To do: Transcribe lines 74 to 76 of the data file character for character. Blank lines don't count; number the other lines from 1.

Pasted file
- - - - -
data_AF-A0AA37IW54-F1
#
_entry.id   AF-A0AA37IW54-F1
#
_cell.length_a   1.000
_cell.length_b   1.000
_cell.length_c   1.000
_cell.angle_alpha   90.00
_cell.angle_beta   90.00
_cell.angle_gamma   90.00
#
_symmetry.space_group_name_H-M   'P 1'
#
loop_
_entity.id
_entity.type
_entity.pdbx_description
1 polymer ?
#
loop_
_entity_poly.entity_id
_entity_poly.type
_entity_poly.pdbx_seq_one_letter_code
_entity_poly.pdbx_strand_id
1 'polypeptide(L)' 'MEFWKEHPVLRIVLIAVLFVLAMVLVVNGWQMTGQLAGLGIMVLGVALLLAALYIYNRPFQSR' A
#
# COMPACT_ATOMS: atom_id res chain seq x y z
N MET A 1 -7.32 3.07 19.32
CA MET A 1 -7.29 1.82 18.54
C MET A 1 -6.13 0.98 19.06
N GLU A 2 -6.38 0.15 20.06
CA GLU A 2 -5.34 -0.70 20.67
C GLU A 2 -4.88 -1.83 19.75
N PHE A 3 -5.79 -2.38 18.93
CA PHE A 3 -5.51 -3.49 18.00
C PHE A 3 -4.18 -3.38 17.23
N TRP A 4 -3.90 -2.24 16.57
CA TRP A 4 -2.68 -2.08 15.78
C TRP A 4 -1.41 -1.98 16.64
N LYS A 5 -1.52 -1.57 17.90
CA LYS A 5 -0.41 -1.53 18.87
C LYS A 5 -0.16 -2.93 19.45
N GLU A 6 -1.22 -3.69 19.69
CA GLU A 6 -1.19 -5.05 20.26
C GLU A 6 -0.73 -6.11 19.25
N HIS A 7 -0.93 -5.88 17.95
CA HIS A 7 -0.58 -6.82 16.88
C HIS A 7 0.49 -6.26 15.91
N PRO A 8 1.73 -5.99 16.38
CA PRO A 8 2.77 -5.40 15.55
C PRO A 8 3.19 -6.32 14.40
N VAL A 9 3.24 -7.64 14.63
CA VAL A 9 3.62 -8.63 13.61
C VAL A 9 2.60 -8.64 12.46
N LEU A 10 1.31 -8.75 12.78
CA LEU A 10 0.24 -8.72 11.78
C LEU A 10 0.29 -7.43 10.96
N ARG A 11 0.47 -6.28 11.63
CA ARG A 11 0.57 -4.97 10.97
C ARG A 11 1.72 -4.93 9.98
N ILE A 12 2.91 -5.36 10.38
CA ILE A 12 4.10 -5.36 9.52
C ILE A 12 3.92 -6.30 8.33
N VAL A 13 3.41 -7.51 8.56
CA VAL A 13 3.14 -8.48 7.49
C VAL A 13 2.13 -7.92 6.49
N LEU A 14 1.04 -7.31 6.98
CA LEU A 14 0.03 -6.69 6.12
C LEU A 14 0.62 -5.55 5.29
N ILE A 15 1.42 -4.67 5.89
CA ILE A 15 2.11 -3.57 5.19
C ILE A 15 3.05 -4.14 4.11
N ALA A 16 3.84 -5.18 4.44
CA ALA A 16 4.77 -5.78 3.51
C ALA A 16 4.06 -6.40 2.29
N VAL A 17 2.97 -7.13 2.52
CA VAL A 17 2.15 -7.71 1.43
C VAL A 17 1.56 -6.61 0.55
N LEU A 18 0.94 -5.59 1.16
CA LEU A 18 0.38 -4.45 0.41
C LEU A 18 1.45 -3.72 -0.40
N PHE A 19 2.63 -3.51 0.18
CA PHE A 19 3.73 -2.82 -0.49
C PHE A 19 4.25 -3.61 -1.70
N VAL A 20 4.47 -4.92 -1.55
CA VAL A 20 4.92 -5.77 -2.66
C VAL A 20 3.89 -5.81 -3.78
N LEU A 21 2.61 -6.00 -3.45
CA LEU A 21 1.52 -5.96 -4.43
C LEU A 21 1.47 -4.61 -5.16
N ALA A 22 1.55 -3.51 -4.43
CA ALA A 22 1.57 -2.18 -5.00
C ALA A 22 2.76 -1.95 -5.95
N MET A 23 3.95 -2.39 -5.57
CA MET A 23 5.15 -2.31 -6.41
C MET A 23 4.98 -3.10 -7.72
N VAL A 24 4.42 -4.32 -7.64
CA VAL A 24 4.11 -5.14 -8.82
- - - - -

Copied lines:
CA ALA A 16 4.77 -5.78 3.51
C ALA A 16 4.06 -6.40 2.29
N VAL A 17 2.97 -7.13 2.52